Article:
By Ned Newton
Stormie Markland told her sisters that her ex-boyfriend wanted to give their relationship another shot, to “be a family again.”
But her sisters, Wendy Coerver and Breezy Markland, said in interviews that they warned her against reconciling with Leland Johnson. The sisters said they became more alarmed in mid-March, when Johnson told Markland that weekend would probably be the last time their 7-year-old son would ever see him.
“I took that as a red flag,” said Coerver, 41, the older sister. “I told her not to let the little boy go.”
But that Friday, Johnson picked up his son to spend the weekend together. When Johnson brought Leland Jr. back to his mother in Natural Bridge on March 19, he told Markland to get in the car so he could take her with him to buy beer and to pay her money he owed her.
That was last time anyone saw Stormie Markland alive, her sisters said.
“When she didn’t make it home on Sunday, I knew something was wrong,” said Breezy Markland, 39. “Monday morning, we reported her missing. I know my sister. She wouldn’t have left her son, my nephew, there at the house.”
On March 22, two people out walking in the George Washington and Jefferson National Forests discovered Markland’s body on the side of a hill on Hopper’s Creek Road.
Police have not yet revealed a cause of death. Virginia State Police said in a news release that Markland died “under violent circumstances.” But court records say a gun was not used in the killing.
The same day Markland’s body was discovered, police arrested Johnson, 44, of Lexington, and charged him with second-degree murder.
Johnson’s lawyer, Duane Barron, declined to comment. A preliminary hearing is set for June 26. Johnson is being held in the Rockbridge Regional Jail without bail.
If Johnson is convicted, Markland’s death would be the fourth domestic murder in Rockbridge County since 2017.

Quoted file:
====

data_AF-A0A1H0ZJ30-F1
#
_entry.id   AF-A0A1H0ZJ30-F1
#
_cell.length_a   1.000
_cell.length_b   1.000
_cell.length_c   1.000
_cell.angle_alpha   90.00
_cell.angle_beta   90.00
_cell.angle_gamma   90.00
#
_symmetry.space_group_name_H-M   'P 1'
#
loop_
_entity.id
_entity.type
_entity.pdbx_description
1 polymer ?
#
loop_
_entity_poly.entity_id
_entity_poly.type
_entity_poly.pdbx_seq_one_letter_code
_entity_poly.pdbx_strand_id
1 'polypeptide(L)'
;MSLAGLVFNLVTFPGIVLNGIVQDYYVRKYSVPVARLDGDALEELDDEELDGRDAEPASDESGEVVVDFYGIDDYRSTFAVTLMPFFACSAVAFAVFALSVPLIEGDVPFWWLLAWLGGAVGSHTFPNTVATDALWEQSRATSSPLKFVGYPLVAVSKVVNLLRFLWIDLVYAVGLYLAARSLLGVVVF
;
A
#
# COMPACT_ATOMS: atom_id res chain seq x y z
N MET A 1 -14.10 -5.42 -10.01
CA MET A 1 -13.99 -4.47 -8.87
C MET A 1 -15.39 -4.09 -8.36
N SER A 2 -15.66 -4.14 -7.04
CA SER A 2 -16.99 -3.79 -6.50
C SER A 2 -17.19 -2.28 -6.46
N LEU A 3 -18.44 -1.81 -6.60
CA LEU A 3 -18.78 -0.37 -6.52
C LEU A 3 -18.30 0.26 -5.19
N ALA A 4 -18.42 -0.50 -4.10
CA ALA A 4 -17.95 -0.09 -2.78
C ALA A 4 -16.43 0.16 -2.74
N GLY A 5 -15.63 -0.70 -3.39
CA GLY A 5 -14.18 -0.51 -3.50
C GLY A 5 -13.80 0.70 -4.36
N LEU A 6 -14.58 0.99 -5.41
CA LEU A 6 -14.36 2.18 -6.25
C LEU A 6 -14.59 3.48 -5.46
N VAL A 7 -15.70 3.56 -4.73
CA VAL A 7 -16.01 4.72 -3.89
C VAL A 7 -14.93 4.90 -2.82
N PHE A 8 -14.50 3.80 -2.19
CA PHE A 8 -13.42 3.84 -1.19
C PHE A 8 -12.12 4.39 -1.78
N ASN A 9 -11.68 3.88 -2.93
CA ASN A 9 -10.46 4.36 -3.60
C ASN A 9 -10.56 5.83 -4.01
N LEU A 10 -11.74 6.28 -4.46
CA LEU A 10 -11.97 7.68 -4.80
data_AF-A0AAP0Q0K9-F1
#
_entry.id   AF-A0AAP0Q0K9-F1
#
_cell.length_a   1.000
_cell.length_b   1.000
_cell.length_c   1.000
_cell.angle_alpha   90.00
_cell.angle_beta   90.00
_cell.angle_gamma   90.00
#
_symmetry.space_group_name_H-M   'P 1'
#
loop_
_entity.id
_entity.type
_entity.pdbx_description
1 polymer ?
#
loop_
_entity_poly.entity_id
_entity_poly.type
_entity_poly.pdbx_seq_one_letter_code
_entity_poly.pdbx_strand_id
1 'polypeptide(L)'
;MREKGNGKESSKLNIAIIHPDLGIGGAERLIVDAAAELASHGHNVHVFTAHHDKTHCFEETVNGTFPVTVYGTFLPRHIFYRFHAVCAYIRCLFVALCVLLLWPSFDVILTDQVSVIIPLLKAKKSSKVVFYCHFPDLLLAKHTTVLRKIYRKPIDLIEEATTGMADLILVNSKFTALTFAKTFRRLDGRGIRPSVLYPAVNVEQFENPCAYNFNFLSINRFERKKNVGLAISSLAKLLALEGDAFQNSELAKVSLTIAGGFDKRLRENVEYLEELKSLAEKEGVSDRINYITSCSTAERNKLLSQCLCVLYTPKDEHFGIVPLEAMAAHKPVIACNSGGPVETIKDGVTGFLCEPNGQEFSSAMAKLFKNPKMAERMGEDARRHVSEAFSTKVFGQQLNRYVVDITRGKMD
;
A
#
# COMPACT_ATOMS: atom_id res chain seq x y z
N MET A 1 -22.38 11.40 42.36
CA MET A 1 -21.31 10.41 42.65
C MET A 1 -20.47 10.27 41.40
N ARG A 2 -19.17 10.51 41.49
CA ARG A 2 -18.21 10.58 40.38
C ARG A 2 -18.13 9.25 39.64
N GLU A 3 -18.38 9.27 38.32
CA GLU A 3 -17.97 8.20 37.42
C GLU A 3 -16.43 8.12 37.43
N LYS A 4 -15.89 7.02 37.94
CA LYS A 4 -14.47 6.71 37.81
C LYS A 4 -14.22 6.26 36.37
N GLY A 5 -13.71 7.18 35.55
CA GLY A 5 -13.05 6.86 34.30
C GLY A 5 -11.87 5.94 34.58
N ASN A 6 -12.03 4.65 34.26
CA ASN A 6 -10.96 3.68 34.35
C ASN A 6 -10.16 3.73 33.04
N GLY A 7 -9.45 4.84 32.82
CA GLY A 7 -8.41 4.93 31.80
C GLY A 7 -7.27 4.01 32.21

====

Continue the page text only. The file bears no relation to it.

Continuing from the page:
“It is a frightening trend of domestic murder,” said Jared Moon, the commonwealth’s attorney for Lexington and Rockbridge County.
Project Horizon, a nonprofit organization in Lexington that helps survivors of domestic violence, says the numbers are even worse. The group’s research found that every murder in Rockbridge County since 1990 had a connection to domestic violence. Most of the cases involved use of a gun.
“We expect strangers to hurt us, not people in our homes, which is why this takes people by surprise so much,” said Judy Casteele, executive director of Project Horizon. “But what we know in this community is that you’re more likely to be hurt by someone in your home than someone in the street.”
Johnson and Markland had been together for about 10 years. But their relationship was toxic, her sisters said. They said Johnson had beaten Markland on multiple occasions, sometimes with the butt of a gun.
“There is no way of you guys being a family the right way until he gets help,” Coerver said she told her younger sister.
But Coerver said Markland believed Johnson would change.
Leland Jr.’s aunts said the little boy asks about his mom every day.
“She never, never would have left that little boy,” Breezy Markland said. “She was excited for Easter coming up and for his yearbook to come through. She loved swimming in the pool with him, horsing around with him, chasing him around the house.”